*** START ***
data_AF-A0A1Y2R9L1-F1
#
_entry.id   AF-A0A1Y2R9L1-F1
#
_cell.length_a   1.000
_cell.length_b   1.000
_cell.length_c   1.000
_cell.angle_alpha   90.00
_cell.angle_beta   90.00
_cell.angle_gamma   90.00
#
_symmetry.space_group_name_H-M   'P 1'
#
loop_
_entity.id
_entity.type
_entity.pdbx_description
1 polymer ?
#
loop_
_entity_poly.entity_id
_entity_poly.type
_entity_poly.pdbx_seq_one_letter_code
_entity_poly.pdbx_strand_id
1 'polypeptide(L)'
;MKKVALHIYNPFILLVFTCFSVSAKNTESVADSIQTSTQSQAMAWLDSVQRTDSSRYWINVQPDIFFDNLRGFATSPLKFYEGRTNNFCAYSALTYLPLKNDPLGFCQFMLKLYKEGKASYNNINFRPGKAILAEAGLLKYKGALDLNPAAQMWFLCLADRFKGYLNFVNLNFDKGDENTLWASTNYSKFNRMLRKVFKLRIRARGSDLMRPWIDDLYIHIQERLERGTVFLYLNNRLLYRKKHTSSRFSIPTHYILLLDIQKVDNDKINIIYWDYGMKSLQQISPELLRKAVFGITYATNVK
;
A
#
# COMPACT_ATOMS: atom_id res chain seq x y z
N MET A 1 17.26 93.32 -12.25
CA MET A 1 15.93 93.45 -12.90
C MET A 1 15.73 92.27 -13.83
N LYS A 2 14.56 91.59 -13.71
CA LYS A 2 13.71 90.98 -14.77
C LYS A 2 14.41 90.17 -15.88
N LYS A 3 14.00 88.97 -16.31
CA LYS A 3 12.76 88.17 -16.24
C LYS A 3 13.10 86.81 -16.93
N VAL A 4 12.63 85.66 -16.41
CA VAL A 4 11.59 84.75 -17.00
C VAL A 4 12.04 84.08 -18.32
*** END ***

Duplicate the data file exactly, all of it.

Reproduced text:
data_AF-A0A1Y2R9L1-F1
#
_entry.id   AF-A0A1Y2R9L1-F1
#
_cell.length_a   1.000
_cell.length_b   1.000
_cell.length_c   1.000
_cell.angle_alpha   90.00
_cell.angle_beta   90.00
_cell.angle_gamma   90.00
#
_symmetry.space_group_name_H-M   'P 1'
#
loop_
_entity.id
_entity.type
_entity.pdbx_description
1 polymer ?
#
loop_
_entity_poly.entity_id
_entity_poly.type
_entity_poly.pdbx_seq_one_letter_code
_entity_poly.pdbx_strand_id
1 'polypeptide(L)'
;MKKVALHIYNPFILLVFTCFSVSAKNTESVADSIQTSTQSQAMAWLDSVQRTDSSRYWINVQPDIFFDNLRGFATSPLKFYEGRTNNFCAYSALTYLPLKNDPLGFCQFMLKLYKEGKASYNNINFRPGKAILAEAGLLKYKGALDLNPAAQMWFLCLADRFKGYLNFVNLNFDKGDENTLWASTNYSKFNRMLRKVFKLRIRARGSDLMRPWIDDLYIHIQERLERGTVFLYLNNRLLYRKKHTSSRFSIPTHYILLLDIQKVDNDKINIIYWDYGMKSLQQISPELLRKAVFGITYATNVK
;
A
#
# COMPACT_ATOMS: atom_id res chain seq x y z
N MET A 1 17.26 93.32 -12.25
CA MET A 1 15.93 93.45 -12.90
C MET A 1 15.73 92.27 -13.83
N LYS A 2 14.56 91.59 -13.71
CA LYS A 2 13.71 90.98 -14.77
C LYS A 2 14.41 90.17 -15.88
N LYS A 3 14.00 88.97 -16.31
CA LYS A 3 12.76 88.17 -16.24
C LYS A 3 13.10 86.81 -16.93
N VAL A 4 12.63 85.66 -16.41
CA VAL A 4 11.59 84.75 -17.00
C VAL A 4 12.04 84.08 -18.32